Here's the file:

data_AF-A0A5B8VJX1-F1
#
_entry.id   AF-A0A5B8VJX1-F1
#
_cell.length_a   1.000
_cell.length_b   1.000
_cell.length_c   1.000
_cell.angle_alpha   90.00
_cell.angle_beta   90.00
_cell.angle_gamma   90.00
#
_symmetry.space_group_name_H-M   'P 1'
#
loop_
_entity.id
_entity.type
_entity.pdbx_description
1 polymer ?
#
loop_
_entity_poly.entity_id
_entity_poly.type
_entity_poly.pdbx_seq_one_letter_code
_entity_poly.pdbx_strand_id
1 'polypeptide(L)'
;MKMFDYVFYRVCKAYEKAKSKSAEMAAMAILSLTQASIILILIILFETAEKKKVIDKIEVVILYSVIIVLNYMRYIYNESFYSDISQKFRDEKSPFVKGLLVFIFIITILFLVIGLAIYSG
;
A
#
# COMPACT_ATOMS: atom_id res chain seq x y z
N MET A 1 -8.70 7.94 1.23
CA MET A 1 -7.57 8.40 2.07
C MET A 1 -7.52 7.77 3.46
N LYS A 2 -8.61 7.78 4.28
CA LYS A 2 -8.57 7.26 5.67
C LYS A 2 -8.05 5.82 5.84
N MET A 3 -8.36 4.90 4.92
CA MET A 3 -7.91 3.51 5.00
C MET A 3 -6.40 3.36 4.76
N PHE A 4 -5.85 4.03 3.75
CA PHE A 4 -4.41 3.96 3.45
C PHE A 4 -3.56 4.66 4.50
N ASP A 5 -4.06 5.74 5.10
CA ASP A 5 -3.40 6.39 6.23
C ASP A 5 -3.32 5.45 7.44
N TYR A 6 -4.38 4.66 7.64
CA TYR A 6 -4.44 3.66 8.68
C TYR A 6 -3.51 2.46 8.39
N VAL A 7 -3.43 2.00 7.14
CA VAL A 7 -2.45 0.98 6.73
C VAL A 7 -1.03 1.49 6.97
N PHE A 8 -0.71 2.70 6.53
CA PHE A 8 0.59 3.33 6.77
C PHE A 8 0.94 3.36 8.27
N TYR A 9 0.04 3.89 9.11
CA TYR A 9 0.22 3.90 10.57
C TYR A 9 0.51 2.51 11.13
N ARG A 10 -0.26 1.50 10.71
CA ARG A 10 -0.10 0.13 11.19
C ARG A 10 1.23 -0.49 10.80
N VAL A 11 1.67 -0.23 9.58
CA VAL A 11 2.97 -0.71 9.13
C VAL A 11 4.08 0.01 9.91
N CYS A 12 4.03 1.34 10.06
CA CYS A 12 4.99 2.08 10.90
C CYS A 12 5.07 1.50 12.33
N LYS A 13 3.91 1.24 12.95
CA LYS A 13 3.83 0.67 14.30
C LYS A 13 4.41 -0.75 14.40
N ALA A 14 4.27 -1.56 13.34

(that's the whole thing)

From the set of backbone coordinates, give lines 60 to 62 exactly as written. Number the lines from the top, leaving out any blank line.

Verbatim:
C ARG A 10 1.23 -0.49 10.80
N VAL A 11 1.67 -0.23 9.58
CA VAL A 11 2.97 -0.71 9.13